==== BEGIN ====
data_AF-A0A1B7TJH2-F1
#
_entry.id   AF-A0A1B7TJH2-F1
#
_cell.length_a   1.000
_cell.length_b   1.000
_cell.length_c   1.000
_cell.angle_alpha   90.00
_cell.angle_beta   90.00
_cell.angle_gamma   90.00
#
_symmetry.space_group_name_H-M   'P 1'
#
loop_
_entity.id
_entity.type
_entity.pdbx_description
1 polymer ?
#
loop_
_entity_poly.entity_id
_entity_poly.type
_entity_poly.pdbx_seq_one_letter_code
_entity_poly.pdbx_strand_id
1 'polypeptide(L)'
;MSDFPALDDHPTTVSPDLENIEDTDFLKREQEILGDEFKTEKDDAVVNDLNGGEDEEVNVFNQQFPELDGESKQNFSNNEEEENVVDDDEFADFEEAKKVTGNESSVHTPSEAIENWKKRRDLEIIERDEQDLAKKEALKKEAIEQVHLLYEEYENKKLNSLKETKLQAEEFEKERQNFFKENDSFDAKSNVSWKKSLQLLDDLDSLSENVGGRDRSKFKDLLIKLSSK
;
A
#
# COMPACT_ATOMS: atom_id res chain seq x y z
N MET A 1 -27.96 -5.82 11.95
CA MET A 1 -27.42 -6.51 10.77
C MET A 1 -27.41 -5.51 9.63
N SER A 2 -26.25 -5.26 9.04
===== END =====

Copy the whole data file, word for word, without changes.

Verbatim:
data_AF-A0A1B7TJH2-F1
#
_entry.id   AF-A0A1B7TJH2-F1
#
_cell.length_a   1.000
_cell.length_b   1.000
_cell.length_c   1.000
_cell.angle_alpha   90.00
_cell.angle_beta   90.00
_cell.angle_gamma   90.00
#
_symmetry.space_group_name_H-M   'P 1'
#
loop_
_entity.id
_entity.type
_entity.pdbx_description
1 polymer ?
#
loop_
_entity_poly.entity_id
_entity_poly.type
_entity_poly.pdbx_seq_one_letter_code
_entity_poly.pdbx_strand_id
1 'polypeptide(L)'
;MSDFPALDDHPTTVSPDLENIEDTDFLKREQEILGDEFKTEKDDAVVNDLNGGEDEEVNVFNQQFPELDGESKQNFSNNEEEENVVDDDEFADFEEAKKVTGNESSVHTPSEAIENWKKRRDLEIIERDEQDLAKKEALKKEAIEQVHLLYEEYENKKLNSLKETKLQAEEFEKERQNFFKENDSFDAKSNVSWKKSLQLLDDLDSLSENVGGRDRSKFKDLLIKLSSK
;
A
#
# COMPACT_ATOMS: atom_id res chain seq x y z
N MET A 1 -27.96 -5.82 11.95
CA MET A 1 -27.42 -6.51 10.77
C MET A 1 -27.41 -5.51 9.63
N SER A 2 -26.25 -5.26 9.04